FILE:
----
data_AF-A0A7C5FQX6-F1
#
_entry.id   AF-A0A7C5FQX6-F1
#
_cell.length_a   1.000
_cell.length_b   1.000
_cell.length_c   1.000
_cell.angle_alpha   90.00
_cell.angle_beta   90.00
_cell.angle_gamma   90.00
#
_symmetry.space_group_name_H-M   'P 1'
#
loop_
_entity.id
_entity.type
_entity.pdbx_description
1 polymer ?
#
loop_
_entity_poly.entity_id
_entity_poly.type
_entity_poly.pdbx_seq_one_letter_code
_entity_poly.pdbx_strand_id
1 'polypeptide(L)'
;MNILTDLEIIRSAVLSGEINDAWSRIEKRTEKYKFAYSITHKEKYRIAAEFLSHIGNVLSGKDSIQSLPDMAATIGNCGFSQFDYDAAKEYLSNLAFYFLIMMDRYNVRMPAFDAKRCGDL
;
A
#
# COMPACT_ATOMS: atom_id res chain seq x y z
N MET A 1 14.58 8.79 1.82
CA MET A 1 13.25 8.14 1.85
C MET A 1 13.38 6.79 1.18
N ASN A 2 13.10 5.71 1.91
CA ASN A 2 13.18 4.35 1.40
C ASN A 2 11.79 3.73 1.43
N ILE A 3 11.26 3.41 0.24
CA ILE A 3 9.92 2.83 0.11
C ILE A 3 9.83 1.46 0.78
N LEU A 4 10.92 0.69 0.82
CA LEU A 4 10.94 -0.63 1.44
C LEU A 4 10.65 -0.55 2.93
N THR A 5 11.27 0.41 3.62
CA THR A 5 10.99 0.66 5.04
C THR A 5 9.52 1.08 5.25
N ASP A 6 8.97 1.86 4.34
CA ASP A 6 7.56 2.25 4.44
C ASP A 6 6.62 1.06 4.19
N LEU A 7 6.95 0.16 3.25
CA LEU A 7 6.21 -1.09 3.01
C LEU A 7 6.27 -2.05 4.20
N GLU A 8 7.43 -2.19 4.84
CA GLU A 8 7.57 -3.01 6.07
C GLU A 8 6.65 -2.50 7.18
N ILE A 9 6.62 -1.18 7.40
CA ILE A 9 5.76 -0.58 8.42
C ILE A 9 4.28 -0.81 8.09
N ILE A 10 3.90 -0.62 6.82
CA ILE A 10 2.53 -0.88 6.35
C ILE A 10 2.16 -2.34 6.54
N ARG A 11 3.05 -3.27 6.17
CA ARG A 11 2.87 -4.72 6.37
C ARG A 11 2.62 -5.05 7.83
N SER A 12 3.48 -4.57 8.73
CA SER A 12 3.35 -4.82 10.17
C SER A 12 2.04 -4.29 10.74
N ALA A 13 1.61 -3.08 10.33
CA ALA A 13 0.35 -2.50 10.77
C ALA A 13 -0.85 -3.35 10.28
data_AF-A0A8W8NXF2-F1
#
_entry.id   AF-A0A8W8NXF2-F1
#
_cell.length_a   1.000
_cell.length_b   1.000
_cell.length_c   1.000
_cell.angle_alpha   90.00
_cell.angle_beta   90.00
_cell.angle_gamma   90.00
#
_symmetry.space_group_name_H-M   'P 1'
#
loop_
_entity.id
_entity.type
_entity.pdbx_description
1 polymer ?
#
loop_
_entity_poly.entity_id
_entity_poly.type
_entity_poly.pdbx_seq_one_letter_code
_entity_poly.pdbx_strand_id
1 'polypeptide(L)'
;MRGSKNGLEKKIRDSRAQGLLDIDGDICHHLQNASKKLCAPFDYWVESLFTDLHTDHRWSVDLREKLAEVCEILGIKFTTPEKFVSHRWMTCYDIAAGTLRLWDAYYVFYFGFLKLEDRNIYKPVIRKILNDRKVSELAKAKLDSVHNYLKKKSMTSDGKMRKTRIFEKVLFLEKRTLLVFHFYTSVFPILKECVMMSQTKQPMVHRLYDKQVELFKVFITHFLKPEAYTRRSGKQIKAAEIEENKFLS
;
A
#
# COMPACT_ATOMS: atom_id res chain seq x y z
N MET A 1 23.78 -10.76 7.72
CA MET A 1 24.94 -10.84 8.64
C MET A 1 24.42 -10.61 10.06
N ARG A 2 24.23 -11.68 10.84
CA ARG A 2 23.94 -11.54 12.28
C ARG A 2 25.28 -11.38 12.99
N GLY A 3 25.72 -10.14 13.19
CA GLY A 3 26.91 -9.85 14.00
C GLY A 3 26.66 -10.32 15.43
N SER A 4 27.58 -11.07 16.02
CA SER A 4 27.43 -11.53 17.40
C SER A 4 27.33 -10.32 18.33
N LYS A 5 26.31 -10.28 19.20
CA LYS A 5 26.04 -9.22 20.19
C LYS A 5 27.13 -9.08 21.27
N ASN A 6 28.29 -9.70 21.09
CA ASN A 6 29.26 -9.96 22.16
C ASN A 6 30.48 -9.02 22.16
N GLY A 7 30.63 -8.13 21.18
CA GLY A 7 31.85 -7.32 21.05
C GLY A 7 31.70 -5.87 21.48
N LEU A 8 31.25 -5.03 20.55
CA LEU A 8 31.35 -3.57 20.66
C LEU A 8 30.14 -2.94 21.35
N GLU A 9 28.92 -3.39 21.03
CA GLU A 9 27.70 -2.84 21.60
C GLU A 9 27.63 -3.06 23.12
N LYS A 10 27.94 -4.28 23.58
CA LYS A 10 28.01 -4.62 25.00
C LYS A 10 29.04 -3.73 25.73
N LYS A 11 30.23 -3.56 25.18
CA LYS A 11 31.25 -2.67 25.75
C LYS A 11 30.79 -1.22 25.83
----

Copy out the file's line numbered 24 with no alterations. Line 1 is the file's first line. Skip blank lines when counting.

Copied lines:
_entity_poly.pdbx_strand_id